ISTANBUL, Turkey — President Barack Obama headed home from his first trip overseas Tuesday confident of at least one thing: He'd managed to put his face indelibly on American foreign policy for much of the rest of the world.
Using personal diplomacy to advance his broad policy goals, Obama charted a new course as he moved rapidly across the continent, attending three summits, visiting six countries and meeting at least 15 foreign leaders, wrapping up with a surprise visit to Iraq on Tuesday.
Among the highlights:
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Everywhere he went, Obama was a figure of fascination to foreign leaders eager to take his measure, as well as to everyday citizens, who saw him as personally and politically far different from his predecessor, George W. Bush.
"It was so easy to work with him," French President Nicolas Sarkozy said.
"He's a great, great man," said Elisabeth Vogel, a teacher from Colmar, France, who came to see Obama when he appeared in nearby Strasbourg.
"Obama number one," said a broadly smiling taxi driver in Istanbul, flashing a thumbs up.
Perhaps. How much he succeeded is open to debate, however, and it could take a long time to gauge how successfully he managed to reshape American policy, and with it the course of world affairs.
"This will be tested in time," Obama said at a town hall meeting in Istanbul, his second of his trip.
"Moving the ship of state is a slow process. States are like big tankers; they're not like speedboats. You can't just whip them around and go in a new direction. Instead you've got to slowly move it and then eventually you end up in a very different place."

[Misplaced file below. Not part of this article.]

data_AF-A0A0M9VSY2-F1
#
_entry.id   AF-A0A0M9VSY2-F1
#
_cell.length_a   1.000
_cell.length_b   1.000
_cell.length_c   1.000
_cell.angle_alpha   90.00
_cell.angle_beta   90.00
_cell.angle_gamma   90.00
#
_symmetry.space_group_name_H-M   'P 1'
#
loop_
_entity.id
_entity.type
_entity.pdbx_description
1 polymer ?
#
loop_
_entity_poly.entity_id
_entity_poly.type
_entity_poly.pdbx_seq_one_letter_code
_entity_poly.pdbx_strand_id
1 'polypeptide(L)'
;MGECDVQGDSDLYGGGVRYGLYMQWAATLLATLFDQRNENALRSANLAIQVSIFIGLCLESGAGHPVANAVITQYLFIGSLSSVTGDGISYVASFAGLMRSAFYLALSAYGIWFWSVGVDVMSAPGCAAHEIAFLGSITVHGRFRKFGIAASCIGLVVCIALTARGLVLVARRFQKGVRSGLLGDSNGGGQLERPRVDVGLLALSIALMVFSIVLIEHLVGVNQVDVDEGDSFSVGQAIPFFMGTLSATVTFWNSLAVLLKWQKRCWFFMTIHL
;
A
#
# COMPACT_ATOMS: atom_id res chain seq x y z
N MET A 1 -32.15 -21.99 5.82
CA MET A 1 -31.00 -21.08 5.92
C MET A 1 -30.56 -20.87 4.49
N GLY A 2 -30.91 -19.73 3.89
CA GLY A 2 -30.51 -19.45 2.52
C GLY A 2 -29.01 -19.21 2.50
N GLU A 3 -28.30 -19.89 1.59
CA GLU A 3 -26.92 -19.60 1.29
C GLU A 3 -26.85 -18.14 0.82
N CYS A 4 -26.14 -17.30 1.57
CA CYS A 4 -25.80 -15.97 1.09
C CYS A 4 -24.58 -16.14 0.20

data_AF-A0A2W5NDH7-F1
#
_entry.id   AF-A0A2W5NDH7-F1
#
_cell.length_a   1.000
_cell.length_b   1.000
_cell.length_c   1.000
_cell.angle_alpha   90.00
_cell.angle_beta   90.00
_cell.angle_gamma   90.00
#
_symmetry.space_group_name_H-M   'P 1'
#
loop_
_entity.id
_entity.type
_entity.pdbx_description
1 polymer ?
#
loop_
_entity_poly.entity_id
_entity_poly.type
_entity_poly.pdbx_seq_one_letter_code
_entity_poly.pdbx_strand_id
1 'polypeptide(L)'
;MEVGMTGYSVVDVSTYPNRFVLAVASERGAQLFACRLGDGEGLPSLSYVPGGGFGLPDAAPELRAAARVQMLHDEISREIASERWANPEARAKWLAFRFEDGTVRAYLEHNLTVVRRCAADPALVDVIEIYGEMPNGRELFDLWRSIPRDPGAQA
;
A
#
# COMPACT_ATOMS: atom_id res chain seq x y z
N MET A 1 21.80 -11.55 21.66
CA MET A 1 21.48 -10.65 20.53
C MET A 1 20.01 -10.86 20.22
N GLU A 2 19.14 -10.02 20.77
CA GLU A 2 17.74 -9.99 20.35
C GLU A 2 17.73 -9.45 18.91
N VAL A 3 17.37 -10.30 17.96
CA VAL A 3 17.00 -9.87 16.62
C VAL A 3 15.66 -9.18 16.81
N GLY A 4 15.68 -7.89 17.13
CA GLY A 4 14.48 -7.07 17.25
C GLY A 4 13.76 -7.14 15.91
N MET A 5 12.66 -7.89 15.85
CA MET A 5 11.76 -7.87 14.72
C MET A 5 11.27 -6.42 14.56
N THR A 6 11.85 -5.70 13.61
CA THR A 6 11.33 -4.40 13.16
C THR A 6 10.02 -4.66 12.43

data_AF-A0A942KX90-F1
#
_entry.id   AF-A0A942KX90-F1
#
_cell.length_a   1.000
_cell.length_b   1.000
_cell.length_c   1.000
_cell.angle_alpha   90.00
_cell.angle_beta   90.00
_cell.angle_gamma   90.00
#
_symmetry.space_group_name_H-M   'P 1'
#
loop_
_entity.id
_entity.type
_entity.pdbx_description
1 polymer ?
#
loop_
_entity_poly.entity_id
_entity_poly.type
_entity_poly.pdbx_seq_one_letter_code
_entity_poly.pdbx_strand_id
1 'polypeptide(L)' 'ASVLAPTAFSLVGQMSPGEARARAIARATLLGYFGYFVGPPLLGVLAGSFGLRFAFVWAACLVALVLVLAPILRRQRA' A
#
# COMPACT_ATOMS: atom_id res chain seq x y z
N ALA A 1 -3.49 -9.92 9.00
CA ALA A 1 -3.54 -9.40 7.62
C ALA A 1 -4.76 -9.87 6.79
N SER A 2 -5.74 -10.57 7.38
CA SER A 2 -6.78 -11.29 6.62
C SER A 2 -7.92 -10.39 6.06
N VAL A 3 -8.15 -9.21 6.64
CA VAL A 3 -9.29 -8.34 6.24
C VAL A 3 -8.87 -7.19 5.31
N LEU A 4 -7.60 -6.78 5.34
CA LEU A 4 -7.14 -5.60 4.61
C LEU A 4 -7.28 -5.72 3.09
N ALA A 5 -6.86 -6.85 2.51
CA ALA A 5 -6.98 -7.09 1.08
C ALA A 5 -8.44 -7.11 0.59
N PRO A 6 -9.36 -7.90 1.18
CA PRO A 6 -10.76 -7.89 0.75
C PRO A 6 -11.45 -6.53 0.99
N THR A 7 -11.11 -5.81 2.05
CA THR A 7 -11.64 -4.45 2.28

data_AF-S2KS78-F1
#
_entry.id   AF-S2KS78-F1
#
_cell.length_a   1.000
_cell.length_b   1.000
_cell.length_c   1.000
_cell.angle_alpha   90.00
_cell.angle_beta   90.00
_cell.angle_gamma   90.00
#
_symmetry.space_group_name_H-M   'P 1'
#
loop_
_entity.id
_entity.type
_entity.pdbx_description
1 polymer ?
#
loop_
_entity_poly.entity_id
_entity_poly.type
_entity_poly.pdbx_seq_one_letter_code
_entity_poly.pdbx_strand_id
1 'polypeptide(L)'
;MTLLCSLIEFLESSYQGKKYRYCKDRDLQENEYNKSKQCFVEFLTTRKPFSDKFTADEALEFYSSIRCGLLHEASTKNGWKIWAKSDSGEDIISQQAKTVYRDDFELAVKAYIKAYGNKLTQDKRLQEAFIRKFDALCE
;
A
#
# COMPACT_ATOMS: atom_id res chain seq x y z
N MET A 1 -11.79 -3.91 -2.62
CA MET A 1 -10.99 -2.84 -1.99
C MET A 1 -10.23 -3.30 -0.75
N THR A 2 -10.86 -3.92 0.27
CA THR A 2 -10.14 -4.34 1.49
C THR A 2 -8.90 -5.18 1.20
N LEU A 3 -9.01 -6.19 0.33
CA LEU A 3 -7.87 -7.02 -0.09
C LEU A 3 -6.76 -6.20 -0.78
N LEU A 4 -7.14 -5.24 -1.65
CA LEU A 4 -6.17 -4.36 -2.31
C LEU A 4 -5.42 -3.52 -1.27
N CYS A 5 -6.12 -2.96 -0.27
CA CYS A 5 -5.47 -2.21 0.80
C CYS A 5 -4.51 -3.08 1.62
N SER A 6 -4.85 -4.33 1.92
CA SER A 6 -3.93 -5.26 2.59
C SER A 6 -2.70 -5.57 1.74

Senior Obama adviser David Axelrod called it an "enormously productive trip."
He said it produced an international approach to solving the economic crisis, restoring growth and creating a new regulatory framework for business and finance, including hedge funds.
White House aides also lauded the agreement by NATO allies to send an additional 5,000 troops to Afghanistan, though they didn't mention that none would be combat troops.
Ultimately, they said, Obama got to know world leaders, recommitted the United States to working through international alliances and demonstrated a personal leadership style in mediating disputes between France and China over tax havens and between European powers and Turkey over appointing a new secretary-general at NATO.
"He . . . projected the best of America on this trip, and I think the world responded in a very positive way," Axelrod said.
"Why didn't the waters part, the sun shine and all ills of the world disappear because President Obama came to Europe this week? That wasn't our expectation. That will take at least a few weeks," he added to laughter.
Reginald Dale, a scholar at the Center for Strategic and International Studies, a national-security research center in Washington, wasn't among those laughing. He called Obama's trip a disappointment.
"It was very strong on glamour and presentation but much less so on substance," Dale said. "To draw an analogy, it reminded me a bit of an Easter egg: very colorful, but when you open it up, it's hollow."
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